The Portuguese capital is associated with WWII spies and dimly lit cobbled streets, but at face value it would seem to be missing the deadly undertones of cities like Paris (bloody revolution, catacombs, the Père Lachaise Cemetery) or London (plague pits, the Great Fire, Jack the Ripper).
As with most major cities, there are the inevitable ghost stories associated with Lisbon, and the ghost tours that go hand in hand; it would be naive to say that death doesn’t have a global entertainment value. Last year there was even a play called Dark Tourism, devised by local dance and drama group Silly Season, staged in a theatre on Rua Garrett. But if you want something more concrete, more respectful, there are plenty of options – you just have to know where to find them.
Imagine a cemetery where the decor mirrors the state of the city surrounding it; imagine elegant plinths crumbling away and rusting railings guarding them. This is the reality of Cementerio Colon, a sprawling 140 acre site in the Vedado district of Havana, where the lines of graves are so long that there are actual streets carving up each section.
There’s as much decay here as in the city centre, but there’s also a sense of belonging, with the tributes left to loved ones being much more personal and emotional than anything you’d encounter back in the UK. Yet many of the graves are poorly maintained because the relatives left behind have escaped Cuba and managed to emigrate elsewhere, leaving some corner of the cemetery to fall into obscurity in their absence. This is what I found when I spent a morning inside the gates…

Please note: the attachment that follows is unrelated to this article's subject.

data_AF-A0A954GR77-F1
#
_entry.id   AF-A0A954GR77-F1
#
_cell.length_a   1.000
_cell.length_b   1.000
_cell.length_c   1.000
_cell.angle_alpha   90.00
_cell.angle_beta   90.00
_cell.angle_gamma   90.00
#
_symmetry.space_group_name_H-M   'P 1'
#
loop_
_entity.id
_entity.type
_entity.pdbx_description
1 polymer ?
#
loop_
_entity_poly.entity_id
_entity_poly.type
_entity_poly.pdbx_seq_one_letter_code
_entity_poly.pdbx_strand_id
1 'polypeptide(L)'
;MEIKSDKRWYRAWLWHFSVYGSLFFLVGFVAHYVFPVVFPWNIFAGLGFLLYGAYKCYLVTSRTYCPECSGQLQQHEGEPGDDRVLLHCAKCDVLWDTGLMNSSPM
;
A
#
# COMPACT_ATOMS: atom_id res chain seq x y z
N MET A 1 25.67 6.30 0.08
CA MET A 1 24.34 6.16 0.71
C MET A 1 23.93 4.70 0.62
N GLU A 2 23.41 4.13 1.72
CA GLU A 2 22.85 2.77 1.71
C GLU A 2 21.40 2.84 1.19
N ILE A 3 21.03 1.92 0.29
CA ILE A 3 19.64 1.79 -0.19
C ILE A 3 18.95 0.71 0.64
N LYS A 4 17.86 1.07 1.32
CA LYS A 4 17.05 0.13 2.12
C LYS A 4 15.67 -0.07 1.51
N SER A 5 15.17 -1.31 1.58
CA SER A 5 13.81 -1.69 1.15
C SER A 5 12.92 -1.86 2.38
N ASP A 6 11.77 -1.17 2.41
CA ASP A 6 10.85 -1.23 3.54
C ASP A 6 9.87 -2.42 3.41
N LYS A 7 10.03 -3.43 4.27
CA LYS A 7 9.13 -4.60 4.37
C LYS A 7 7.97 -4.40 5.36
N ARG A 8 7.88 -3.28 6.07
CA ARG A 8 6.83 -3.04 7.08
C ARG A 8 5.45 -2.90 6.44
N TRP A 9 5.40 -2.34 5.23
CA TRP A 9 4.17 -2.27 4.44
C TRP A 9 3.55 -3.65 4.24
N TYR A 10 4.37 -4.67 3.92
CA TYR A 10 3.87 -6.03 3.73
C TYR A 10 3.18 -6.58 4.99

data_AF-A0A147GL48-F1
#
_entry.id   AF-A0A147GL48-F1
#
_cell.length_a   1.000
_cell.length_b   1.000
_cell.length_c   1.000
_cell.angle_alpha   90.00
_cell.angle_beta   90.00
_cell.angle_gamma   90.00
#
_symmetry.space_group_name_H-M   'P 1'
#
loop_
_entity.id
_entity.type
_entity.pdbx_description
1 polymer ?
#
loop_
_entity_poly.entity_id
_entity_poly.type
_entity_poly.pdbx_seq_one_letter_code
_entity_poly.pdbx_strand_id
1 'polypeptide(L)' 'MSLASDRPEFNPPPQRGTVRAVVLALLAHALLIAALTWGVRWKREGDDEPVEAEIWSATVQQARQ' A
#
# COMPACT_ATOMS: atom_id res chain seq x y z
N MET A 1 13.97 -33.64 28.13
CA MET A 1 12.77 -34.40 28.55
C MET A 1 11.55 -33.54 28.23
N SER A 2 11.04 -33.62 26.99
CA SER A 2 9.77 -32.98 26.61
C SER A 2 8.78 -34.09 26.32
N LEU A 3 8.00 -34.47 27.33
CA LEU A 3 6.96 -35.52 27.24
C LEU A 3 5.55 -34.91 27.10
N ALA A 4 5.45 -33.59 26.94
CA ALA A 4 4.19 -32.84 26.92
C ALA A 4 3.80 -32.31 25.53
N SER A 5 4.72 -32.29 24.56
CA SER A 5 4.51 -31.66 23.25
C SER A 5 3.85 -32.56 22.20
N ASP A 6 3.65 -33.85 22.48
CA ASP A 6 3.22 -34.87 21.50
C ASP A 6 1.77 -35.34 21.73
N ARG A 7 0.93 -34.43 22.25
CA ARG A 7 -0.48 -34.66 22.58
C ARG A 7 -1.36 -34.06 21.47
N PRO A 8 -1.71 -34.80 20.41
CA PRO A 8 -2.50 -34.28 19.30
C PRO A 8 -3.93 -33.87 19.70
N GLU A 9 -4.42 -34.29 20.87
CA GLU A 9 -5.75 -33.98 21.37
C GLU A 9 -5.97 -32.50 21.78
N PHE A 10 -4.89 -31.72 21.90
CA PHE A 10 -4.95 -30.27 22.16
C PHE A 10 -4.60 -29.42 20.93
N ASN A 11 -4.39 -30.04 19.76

The more I travel, the more I become aware that it’s actually quite normal for tourists to visit graveyards, despite the fact that it jars with stereotypical Western attitudes to death (we tend to talk about the dead in hushed tones and use euphemisms such as ‘passed on’ and ‘no longer with us’, rather than confront the truth). Boston’s Granary Burial Ground is so embedded in the city’s Freedom Trail that it’s almost a travesty not to visit, so it’s the perfect place to test your tolerance for morbid thoughts. This is where I saw some very plain epitaphs for famous people and some very cool ones for the not-so-famous, amongst the estimated 5,000 bodies placed here.
Calavera (Span. feminine noun) = skull. A travel blog with a love of culture, dark tourism and the unconventional.